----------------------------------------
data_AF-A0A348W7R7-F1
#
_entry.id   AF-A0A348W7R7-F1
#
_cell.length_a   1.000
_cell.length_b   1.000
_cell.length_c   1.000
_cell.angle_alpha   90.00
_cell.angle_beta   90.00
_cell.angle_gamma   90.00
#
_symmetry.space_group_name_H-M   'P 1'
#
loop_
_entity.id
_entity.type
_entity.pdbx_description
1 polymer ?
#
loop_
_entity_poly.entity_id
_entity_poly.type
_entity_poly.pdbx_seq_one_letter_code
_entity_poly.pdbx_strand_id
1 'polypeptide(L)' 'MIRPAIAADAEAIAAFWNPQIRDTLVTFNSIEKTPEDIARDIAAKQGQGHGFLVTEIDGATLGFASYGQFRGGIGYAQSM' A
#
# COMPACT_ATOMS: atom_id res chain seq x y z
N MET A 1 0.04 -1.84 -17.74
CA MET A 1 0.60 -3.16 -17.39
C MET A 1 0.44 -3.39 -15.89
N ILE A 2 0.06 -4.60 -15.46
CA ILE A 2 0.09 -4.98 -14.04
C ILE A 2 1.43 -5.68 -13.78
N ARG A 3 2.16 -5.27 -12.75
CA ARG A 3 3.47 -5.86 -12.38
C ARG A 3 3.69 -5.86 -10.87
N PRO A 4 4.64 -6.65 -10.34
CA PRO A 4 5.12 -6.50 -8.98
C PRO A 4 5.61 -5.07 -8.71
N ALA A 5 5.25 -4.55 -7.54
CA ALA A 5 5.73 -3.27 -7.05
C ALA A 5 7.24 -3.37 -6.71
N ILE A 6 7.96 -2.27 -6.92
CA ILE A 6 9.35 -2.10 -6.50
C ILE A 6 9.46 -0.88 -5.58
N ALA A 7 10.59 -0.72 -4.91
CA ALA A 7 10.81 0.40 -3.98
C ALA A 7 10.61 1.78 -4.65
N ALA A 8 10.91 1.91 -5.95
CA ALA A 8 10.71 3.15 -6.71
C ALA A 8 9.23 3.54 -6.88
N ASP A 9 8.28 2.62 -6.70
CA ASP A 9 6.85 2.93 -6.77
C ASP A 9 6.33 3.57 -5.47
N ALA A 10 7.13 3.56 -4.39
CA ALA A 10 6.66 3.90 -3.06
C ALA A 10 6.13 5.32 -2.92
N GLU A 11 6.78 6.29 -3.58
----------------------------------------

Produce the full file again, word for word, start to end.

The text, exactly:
data_AF-A0A348W7R7-F1
#
_entry.id   AF-A0A348W7R7-F1
#
_cell.length_a   1.000
_cell.length_b   1.000
_cell.length_c   1.000
_cell.angle_alpha   90.00
_cell.angle_beta   90.00
_cell.angle_gamma   90.00
#
_symmetry.space_group_name_H-M   'P 1'
#
loop_
_entity.id
_entity.type
_entity.pdbx_description
1 polymer ?
#
loop_
_entity_poly.entity_id
_entity_poly.type
_entity_poly.pdbx_seq_one_letter_code
_entity_poly.pdbx_strand_id
1 'polypeptide(L)' 'MIRPAIAADAEAIAAFWNPQIRDTLVTFNSIEKTPEDIARDIAAKQGQGHGFLVTEIDGATLGFASYGQFRGGIGYAQSM' A
#
# COMPACT_ATOMS: atom_id res chain seq x y z
N MET A 1 0.04 -1.84 -17.74
CA MET A 1 0.60 -3.16 -17.39
C MET A 1 0.44 -3.39 -15.89
N ILE A 2 0.06 -4.60 -15.46
CA ILE A 2 0.09 -4.98 -14.04
C ILE A 2 1.43 -5.68 -13.78
N ARG A 3 2.16 -5.27 -12.75
CA ARG A 3 3.47 -5.86 -12.38
C ARG A 3 3.69 -5.86 -10.87
N PRO A 4 4.64 -6.65 -10.34
CA PRO A 4 5.12 -6.50 -8.98
C PRO A 4 5.61 -5.07 -8.71
N ALA A 5 5.25 -4.55 -7.54
CA ALA A 5 5.73 -3.27 -7.05
C ALA A 5 7.24 -3.37 -6.71
N ILE A 6 7.96 -2.27 -6.92
CA ILE A 6 9.35 -2.10 -6.50
C ILE A 6 9.46 -0.88 -5.58
N ALA A 7 10.59 -0.72 -4.91
CA ALA A 7 10.81 0.40 -3.98
C ALA A 7 10.61 1.78 -4.65
N ALA A 8 10.91 1.91 -5.95
CA ALA A 8 10.71 3.15 -6.71
C ALA A 8 9.23 3.54 -6.88
N ASP A 9 8.28 2.62 -6.70
CA ASP A 9 6.85 2.93 -6.77
C ASP A 9 6.33 3.57 -5.47
N ALA A 10 7.13 3.56 -4.39
CA ALA A 10 6.66 3.90 -3.06
C ALA A 10 6.13 5.32 -2.92
N GLU A 11 6.78 6.29 -3.58